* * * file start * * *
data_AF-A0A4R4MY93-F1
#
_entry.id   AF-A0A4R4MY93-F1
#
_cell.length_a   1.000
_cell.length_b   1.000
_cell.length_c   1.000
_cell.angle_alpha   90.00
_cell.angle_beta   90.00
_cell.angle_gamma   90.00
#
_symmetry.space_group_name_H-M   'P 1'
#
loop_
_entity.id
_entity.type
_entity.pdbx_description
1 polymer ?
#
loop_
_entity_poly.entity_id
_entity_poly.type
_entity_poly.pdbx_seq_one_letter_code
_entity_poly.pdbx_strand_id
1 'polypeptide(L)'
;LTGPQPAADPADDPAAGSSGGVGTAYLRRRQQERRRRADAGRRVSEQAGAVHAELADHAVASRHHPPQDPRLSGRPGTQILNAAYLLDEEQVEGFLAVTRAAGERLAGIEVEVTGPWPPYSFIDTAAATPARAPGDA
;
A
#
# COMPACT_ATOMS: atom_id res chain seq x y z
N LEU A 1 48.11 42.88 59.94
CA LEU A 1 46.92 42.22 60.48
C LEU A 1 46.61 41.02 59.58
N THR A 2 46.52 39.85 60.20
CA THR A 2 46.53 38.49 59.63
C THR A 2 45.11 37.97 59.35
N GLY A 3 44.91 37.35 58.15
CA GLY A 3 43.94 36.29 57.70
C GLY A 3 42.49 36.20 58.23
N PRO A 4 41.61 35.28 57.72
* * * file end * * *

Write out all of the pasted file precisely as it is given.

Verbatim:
data_AF-A0A4R4MY93-F1
#
_entry.id   AF-A0A4R4MY93-F1
#
_cell.length_a   1.000
_cell.length_b   1.000
_cell.length_c   1.000
_cell.angle_alpha   90.00
_cell.angle_beta   90.00
_cell.angle_gamma   90.00
#
_symmetry.space_group_name_H-M   'P 1'
#
loop_
_entity.id
_entity.type
_entity.pdbx_description
1 polymer ?
#
loop_
_entity_poly.entity_id
_entity_poly.type
_entity_poly.pdbx_seq_one_letter_code
_entity_poly.pdbx_strand_id
1 'polypeptide(L)'
;LTGPQPAADPADDPAAGSSGGVGTAYLRRRQQERRRRADAGRRVSEQAGAVHAELADHAVASRHHPPQDPRLSGRPGTQILNAAYLLDEEQVEGFLAVTRAAGERLAGIEVEVTGPWPPYSFIDTAAATPARAPGDA
;
A
#
# COMPACT_ATOMS: atom_id res chain seq x y z
N LEU A 1 48.11 42.88 59.94
CA LEU A 1 46.92 42.22 60.48
C LEU A 1 46.61 41.02 59.58
N THR A 2 46.52 39.85 60.20
CA THR A 2 46.53 38.49 59.63
C THR A 2 45.11 37.97 59.35
N GLY A 3 44.91 37.35 58.15
CA GLY A 3 43.94 36.29 57.70
C GLY A 3 42.49 36.20 58.23
N PRO A 4 41.61 35.28 57.72